Information of Seminar on MAY 29


Kang Shin, University of Michigan


Internet of things - Challenges and Approaches


There has been an exponential growth of Internet of Things (IoTs) that are being developed and deployed for diverse applications and environments. By year 2020, more than 50 billion devices are predicted to be connected (via the Internet). The key challenges of such a rapid growth of IoTs are heterogeneity of HW, SW and users; low-power communications and computation; and privacy and security.

I will first cover generic aspects, applications and communications of IoTs and then elaborate on security and privacy challenges associated with IoTs. If time allows, I will discuss V-Auth, a novel way of protecting the privacy of voice assistants, such as Amazon Alexa, Google Now, and Apple Siri, etc.


KANG G. SHIN is the Kevin & Nancy O'Connor Professor of Computer Science in the Department of Electrical Engineering and Computer Science, The University of Michigan, Ann Arbor. His current research focuses on QoS-sensitive computing and networking as well as on embedded real-time and cyber-physical systems.

He has supervised the completion of 79 PhDs, and authored/coauthored more than 900 technical articles, one a textbook and more than 30 patents or invention disclosures, and received numerous best paper awards, including the Best Paper Awards from the 2011 ACM International Conference on Mobile Computing and Networking (MobiCom’11), the 2011 IEEE International Conference on Autonomic Computing, the 2010 and 2000 USENIX Annual Technical Conferences, as well as the 2003 IEEE Communications Society William R. Bennett Prize Paper Award and the 1987 Outstanding IEEE Transactions of Automatic Control Paper Award. He has also received several institutional awards, including the Research Excellence Award in 1989, Outstanding Achievement Award in 1999, Distinguished Faculty Achievement Award in 2001, and Stephen Attwood Award in 2004 from The University of Michigan (the highest honor bestowed to Michigan Engineering faculty); a Distinguished Alumni Award of the College of Engineering, Seoul National University in 2002; 2003 IEEE RTC Technical Achievement Award; and 2006 Ho-Am Prize in Engineering (the highest honor bestowed to Korean-origin engineers).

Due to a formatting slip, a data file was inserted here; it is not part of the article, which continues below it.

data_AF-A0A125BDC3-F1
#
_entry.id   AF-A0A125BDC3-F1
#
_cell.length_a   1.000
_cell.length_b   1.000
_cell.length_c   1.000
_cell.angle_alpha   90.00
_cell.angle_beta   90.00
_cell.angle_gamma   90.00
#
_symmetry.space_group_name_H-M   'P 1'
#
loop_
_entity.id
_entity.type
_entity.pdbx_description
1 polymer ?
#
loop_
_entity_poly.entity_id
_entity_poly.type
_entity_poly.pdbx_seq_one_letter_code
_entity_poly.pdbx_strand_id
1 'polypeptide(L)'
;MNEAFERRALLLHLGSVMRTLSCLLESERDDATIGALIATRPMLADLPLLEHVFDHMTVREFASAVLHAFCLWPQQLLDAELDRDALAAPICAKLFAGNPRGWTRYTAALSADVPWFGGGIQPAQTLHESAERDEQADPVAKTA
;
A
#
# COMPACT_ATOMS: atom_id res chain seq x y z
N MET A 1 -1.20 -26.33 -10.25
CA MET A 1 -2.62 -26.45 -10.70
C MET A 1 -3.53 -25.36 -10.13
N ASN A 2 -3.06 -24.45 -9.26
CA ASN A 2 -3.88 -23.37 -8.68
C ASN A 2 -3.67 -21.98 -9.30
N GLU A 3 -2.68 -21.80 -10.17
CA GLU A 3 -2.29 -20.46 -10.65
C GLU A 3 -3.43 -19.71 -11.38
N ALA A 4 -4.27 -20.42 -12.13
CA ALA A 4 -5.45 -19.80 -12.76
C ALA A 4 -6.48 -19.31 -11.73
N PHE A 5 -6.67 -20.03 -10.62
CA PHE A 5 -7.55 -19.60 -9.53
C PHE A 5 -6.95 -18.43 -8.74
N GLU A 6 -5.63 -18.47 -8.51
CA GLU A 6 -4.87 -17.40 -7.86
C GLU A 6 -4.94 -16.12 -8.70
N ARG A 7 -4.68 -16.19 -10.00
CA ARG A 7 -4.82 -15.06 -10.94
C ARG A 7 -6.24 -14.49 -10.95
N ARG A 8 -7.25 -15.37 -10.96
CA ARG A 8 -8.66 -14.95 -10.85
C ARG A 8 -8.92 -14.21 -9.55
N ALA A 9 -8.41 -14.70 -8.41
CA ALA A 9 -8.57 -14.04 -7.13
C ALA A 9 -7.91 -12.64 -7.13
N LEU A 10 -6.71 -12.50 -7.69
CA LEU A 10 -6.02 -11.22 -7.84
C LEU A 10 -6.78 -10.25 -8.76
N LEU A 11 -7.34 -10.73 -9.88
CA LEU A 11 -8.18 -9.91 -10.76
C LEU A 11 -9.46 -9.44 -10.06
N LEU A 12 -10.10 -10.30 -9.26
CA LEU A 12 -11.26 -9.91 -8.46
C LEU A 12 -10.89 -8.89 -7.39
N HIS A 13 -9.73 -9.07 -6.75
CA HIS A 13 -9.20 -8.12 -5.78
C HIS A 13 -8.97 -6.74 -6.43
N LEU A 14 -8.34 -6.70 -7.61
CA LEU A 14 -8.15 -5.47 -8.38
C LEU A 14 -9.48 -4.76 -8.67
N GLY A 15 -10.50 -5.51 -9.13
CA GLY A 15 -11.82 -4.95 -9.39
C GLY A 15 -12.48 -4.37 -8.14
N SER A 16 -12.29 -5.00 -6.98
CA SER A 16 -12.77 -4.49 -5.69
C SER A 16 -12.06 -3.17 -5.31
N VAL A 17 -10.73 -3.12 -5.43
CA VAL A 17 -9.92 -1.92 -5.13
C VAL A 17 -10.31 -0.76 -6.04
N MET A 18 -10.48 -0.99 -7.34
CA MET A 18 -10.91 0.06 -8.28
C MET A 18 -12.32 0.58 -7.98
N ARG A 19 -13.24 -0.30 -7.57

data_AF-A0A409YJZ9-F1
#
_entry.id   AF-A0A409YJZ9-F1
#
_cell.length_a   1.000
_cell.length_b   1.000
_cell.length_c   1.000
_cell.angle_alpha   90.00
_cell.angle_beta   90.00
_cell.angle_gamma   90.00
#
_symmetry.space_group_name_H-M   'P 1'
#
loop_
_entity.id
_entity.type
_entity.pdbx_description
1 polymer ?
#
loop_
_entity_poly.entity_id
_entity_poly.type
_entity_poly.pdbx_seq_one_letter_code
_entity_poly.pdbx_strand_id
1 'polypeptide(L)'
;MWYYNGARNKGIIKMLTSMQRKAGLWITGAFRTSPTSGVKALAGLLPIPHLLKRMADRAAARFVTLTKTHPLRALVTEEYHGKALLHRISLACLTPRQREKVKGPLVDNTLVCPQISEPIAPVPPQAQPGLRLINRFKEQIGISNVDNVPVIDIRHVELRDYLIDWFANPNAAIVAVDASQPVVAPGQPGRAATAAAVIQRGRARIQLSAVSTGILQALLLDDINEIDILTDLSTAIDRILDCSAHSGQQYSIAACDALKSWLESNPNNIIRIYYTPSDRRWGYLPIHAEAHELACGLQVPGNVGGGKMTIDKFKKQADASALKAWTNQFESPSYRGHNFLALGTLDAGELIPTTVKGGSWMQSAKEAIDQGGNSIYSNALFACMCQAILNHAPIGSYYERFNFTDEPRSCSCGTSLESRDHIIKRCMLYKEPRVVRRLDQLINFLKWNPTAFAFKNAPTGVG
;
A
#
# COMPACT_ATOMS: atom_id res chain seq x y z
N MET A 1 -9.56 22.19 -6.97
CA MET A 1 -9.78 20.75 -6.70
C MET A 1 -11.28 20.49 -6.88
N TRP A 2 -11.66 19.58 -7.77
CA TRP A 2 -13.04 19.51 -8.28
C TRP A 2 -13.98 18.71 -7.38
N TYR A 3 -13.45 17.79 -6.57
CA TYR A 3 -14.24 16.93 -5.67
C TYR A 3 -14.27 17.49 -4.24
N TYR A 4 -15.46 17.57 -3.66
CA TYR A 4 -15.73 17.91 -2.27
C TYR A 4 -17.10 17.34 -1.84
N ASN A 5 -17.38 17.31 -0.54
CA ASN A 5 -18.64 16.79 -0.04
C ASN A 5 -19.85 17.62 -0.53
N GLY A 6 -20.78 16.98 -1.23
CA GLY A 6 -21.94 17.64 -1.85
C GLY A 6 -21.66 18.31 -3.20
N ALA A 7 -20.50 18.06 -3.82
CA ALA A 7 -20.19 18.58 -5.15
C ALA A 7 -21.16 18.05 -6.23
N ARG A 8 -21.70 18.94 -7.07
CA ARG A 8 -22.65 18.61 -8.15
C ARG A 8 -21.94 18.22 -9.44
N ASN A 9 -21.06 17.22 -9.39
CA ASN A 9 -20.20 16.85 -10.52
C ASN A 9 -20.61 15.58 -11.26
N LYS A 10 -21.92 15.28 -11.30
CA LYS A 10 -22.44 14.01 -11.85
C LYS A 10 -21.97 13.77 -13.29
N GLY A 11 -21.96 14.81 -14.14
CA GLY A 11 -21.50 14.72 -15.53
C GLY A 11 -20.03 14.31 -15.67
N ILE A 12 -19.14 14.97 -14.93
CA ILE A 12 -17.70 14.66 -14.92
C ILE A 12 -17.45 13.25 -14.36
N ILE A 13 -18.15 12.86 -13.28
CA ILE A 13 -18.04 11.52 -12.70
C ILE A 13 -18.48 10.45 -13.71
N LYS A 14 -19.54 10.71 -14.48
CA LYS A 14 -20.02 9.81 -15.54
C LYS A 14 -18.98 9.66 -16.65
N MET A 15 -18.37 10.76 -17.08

He has chaired several major conferences, including 2009 ACM MobiCom, 2008 IEEE SECON, 2005 ACM/USENIX MobiSys, 2000 IEEE RTAS, and 1987 IEEE RTSS. He is the fellow of both IEEE and ACM, and served on editorial boards, including IEEE TPDS and ACM Transactions on Embedded Systems. He has also served or is serving on numerous government committees, such as the US NSF Cyber-Physical Systems Executive Committee and the Korean Government R&D Strategy Advisory Committee. He has also co-founded a couple of startups.